Thembi liked the voice she found while reading Gutta Beautiful, but she did not feel it was the right fit. As producing Artistic Director, Thembi wanted to be careful in choosing the first full production the company would under-take, after being on a short break in producing full stage plays. She felt that Gutta Beautiful, while a bold and relevant play, was likely better at another juncture in time. So, Eric asked that I send Gypsy & The Bully Door.
I can’t remember how long it took to get a response from Thembi or Eric. But I know that when I got the news that Thembi wanted to produce Gypsy & The Bully Door, I ran in circles; I pounded on the floor with my fists; I shouted; I cried. I wrote the first scene, which has since been cut, for that play in 2007, while Gutta Beautiful was preparing to go up on stage with New Federal Theatre Company. Then I didn’t touch it again until the end of 2010, because I’d been working on my choreopoem, Itagua Meji: A Road & A Prayer. I spent much of 2011-2013 developing Gypsy & The Bully Door, though, producing a workshop production of it in 2011 at the Fringe Festival in DC, and taking all of 2012 to revise and revise and revise. By 2013, I was able to take it through one private stage reading, and two public ones. The proof of all of that hard work seemed to manifest in its ability to forge a profound connection to Thembi and ACTCO.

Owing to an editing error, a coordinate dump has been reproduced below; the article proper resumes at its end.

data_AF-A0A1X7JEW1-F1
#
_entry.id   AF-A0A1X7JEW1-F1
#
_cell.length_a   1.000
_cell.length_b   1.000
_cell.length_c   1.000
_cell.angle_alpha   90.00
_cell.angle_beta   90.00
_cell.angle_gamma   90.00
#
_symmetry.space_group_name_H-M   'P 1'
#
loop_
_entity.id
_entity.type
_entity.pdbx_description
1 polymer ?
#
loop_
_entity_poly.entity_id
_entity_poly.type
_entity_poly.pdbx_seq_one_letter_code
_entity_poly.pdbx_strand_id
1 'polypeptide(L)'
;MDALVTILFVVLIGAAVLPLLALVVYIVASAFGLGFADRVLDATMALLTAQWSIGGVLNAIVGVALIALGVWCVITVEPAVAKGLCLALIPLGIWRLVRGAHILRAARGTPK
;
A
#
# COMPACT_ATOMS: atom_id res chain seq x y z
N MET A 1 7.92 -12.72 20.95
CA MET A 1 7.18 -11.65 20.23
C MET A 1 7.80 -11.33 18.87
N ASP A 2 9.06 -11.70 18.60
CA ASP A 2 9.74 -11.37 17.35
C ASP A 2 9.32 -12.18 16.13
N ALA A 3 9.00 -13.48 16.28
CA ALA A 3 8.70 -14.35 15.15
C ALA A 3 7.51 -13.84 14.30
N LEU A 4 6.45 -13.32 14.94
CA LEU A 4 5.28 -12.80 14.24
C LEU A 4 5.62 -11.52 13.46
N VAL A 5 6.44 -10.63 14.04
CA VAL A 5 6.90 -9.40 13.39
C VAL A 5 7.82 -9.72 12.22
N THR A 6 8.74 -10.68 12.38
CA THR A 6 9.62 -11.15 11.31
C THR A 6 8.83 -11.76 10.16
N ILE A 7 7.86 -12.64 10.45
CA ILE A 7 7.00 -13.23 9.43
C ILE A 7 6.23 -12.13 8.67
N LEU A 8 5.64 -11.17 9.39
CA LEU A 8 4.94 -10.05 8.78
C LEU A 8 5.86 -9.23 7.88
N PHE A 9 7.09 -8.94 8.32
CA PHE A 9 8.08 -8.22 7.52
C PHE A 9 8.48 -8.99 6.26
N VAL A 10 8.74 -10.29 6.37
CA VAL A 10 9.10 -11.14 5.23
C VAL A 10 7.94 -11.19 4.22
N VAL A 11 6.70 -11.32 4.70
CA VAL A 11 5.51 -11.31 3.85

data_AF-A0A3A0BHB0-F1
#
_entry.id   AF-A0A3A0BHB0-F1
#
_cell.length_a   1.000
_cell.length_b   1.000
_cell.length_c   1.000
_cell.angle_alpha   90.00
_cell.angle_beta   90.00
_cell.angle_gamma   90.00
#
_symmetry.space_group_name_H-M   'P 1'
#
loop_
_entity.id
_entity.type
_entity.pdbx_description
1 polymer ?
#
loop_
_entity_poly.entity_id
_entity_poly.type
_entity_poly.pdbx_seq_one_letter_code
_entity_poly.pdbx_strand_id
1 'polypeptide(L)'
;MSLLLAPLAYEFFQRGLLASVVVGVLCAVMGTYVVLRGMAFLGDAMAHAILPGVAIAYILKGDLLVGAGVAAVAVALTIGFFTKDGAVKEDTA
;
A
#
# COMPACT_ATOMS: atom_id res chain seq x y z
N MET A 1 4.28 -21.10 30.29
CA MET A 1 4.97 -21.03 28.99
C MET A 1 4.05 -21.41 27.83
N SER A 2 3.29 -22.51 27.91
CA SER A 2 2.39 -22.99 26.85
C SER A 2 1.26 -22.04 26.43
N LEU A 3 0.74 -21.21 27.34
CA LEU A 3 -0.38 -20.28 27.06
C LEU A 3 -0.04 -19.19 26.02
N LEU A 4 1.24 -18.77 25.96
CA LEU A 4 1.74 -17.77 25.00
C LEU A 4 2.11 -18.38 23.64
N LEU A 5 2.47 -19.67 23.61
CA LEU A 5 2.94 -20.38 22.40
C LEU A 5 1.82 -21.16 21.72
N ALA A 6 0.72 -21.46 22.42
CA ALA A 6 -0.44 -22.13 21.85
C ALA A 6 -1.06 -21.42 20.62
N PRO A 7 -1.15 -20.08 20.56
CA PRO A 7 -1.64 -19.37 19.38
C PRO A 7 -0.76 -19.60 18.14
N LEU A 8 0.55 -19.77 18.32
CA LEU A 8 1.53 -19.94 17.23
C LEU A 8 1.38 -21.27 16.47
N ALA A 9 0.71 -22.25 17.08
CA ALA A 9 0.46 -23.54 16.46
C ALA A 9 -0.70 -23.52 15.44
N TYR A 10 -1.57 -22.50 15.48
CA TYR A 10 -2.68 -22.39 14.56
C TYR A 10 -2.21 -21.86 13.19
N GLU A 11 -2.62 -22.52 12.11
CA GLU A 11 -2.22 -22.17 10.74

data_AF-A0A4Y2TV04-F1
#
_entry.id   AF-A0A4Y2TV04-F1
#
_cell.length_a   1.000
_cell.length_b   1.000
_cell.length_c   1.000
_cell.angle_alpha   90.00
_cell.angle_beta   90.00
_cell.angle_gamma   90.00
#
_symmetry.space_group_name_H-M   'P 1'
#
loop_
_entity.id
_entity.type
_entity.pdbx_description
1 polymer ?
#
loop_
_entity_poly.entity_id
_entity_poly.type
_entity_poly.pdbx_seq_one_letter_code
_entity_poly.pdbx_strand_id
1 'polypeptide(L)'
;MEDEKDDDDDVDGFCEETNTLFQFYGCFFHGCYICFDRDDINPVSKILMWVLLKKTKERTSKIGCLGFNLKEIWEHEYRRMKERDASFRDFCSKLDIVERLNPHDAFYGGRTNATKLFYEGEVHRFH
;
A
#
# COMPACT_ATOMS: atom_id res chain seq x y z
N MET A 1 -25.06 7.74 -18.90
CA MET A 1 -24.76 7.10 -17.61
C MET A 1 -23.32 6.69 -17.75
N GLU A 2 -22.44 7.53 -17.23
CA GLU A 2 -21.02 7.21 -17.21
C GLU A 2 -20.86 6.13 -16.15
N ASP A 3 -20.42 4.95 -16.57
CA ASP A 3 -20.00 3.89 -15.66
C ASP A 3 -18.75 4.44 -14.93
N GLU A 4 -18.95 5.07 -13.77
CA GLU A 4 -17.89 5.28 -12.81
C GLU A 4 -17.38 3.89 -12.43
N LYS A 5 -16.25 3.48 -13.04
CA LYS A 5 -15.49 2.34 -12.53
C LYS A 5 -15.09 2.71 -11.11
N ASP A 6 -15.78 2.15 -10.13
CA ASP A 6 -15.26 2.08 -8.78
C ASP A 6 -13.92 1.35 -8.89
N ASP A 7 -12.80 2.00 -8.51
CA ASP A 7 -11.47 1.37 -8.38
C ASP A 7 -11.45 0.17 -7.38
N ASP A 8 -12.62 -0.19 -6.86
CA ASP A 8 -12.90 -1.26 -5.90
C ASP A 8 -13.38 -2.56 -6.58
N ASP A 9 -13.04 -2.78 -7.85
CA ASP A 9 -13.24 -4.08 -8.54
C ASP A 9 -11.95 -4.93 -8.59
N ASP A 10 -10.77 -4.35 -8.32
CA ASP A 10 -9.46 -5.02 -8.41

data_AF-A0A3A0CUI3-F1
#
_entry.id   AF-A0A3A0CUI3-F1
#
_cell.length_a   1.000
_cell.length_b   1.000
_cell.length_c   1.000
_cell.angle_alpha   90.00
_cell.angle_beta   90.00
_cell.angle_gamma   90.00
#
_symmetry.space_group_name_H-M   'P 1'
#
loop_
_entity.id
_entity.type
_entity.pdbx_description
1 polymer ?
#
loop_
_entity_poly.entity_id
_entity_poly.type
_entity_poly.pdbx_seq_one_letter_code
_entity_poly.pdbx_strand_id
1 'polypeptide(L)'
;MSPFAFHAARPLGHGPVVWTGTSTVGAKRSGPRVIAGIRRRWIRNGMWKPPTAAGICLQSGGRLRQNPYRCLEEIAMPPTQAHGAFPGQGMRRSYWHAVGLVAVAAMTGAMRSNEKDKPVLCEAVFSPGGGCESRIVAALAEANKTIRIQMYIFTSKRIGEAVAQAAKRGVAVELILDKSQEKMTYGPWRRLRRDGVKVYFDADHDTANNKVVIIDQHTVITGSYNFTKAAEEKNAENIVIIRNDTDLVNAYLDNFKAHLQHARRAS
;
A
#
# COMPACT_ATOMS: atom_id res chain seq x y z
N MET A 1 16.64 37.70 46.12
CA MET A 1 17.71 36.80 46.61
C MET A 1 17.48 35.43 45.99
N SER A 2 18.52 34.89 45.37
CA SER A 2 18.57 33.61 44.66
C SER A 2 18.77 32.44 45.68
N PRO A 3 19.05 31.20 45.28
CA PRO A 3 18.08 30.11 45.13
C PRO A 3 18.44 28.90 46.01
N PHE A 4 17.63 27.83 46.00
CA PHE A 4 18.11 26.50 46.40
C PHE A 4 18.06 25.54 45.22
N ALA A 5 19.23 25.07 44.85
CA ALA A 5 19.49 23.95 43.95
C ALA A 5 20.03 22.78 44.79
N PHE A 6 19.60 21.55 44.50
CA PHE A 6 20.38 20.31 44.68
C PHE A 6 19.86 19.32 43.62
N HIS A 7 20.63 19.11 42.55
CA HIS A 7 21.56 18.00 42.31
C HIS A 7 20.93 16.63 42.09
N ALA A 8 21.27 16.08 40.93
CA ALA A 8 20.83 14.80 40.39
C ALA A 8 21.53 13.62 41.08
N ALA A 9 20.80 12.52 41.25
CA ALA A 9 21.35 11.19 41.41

The name of the company was not lost on me – The African Continuum Theatre Company. I have been developing my own theory and practice as a Black womanist ritual theatre practitioner over the past eleven years. Gypsy & The Bully Door is rooted in a creolized cosmology that incorporates Yoruba, Bantu, Vodoun, Hindi, and Gypsy/Fellow-Traveler cultural motifs and parables. It is deeply tied to HooDoo, Yoruba, and Bantu sacred rituals as they have merged due to the TransAtlantic slave trade and the birthing of a new people through the Middle Passage. I understand Gypsy & The Bully Door, and much of my writing for performance, as theatre that is illustrative of the “African Continuum” as it exists on this side of the Atlantic on the east coast of the United States. So, not only was Thembi’s selection of Gypsy & The Bully Door for ACTCO’s 2014-2015 season some of the best news I’d received as a playwright in a while, it was also an important choice that helps to further advance a professional alliance that can build a clear brand and home for kindred work.
Furthermore, the issues that the play addresses – Black women’s body politics, police brutality, gentrification, the culture of violence, and mental health – are urgently relevant to our community right now. The bold explorations that the play takes on provide a unique opportunity for conversation and transformation. We are living in times when such explorations are absolutely necessary.